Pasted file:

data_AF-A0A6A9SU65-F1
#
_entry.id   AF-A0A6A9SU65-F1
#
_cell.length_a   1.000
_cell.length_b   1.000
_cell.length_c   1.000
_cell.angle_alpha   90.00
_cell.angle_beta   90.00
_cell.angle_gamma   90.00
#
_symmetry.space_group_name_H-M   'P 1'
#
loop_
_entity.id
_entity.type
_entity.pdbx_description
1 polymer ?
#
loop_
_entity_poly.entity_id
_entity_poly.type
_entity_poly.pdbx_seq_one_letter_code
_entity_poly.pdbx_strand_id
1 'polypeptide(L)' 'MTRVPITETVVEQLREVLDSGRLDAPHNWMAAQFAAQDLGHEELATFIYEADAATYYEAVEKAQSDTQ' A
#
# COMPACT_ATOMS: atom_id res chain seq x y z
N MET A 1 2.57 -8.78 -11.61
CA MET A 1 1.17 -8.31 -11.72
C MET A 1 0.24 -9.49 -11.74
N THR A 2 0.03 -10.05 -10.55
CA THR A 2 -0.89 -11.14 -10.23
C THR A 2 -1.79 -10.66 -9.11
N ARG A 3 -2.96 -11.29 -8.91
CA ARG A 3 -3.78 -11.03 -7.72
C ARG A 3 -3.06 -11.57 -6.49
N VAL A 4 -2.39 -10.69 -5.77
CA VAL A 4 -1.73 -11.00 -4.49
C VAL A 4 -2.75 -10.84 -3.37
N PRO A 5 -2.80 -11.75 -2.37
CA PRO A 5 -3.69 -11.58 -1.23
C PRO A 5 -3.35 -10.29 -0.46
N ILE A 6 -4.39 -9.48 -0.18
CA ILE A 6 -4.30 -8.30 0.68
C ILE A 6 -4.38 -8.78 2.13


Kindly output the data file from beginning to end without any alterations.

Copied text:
data_AF-A0A6A9SU65-F1
#
_entry.id   AF-A0A6A9SU65-F1
#
_cell.length_a   1.000
_cell.length_b   1.000
_cell.length_c   1.000
_cell.angle_alpha   90.00
_cell.angle_beta   90.00
_cell.angle_gamma   90.00
#
_symmetry.space_group_name_H-M   'P 1'
#
loop_
_entity.id
_entity.type
_entity.pdbx_description
1 polymer ?
#
loop_
_entity_poly.entity_id
_entity_poly.type
_entity_poly.pdbx_seq_one_letter_code
_entity_poly.pdbx_strand_id
1 'polypeptide(L)' 'MTRVPITETVVEQLREVLDSGRLDAPHNWMAAQFAAQDLGHEELATFIYEADAATYYEAVEKAQSDTQ' A
#
# COMPACT_ATOMS: atom_id res chain seq x y z
N MET A 1 2.57 -8.78 -11.61
CA MET A 1 1.17 -8.31 -11.72
C MET A 1 0.24 -9.49 -11.74
N THR A 2 0.03 -10.05 -10.55
CA THR A 2 -0.89 -11.14 -10.23
C THR A 2 -1.79 -10.66 -9.11
N ARG A 3 -2.96 -11.29 -8.91
CA ARG A 3 -3.78 -11.03 -7.72
C ARG A 3 -3.06 -11.57 -6.49
N VAL A 4 -2.39 -10.69 -5.77
CA VAL A 4 -1.73 -11.00 -4.49
C VAL A 4 -2.75 -10.84 -3.37
N PRO A 5 -2.80 -11.75 -2.37
CA PRO A 5 -3.69 -11.58 -1.23
C PRO A 5 -3.35 -10.29 -0.46
N ILE A 6 -4.39 -9.48 -0.18
CA ILE A 6 -4.30 -8.30 0.68
C ILE A 6 -4.38 -8.78 2.13